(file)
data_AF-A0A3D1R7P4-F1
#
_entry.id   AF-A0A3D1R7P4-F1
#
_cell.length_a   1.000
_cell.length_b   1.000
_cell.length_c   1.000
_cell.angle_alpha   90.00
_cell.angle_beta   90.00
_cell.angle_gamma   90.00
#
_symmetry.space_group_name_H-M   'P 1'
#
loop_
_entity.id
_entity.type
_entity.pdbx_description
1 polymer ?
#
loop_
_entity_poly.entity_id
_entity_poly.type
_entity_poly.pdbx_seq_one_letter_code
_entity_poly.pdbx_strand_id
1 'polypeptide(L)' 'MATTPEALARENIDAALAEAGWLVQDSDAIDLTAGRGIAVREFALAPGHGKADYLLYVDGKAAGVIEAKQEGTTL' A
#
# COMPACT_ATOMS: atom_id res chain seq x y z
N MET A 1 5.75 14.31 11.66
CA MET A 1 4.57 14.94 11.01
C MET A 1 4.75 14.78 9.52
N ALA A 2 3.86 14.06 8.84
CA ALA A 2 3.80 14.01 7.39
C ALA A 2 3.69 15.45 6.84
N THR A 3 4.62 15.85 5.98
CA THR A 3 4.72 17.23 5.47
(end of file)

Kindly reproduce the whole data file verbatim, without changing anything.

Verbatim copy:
data_AF-A0A3D1R7P4-F1
#
_entry.id   AF-A0A3D1R7P4-F1
#
_cell.length_a   1.000
_cell.length_b   1.000
_cell.length_c   1.000
_cell.angle_alpha   90.00
_cell.angle_beta   90.00
_cell.angle_gamma   90.00
#
_symmetry.space_group_name_H-M   'P 1'
#
loop_
_entity.id
_entity.type
_entity.pdbx_description
1 polymer ?
#
loop_
_entity_poly.entity_id
_entity_poly.type
_entity_poly.pdbx_seq_one_letter_code
_entity_poly.pdbx_strand_id
1 'polypeptide(L)' 'MATTPEALARENIDAALAEAGWLVQDSDAIDLTAGRGIAVREFALAPGHGKADYLLYVDGKAAGVIEAKQEGTTL' A
#
# COMPACT_ATOMS: atom_id res chain seq x y z
N MET A 1 5.75 14.31 11.66
CA MET A 1 4.57 14.94 11.01
C MET A 1 4.75 14.78 9.52
N ALA A 2 3.86 14.06 8.84
CA ALA A 2 3.80 14.01 7.39
C ALA A 2 3.69 15.45 6.84
N THR A 3 4.62 15.85 5.98
CA THR A 3 4.72 17.23 5.47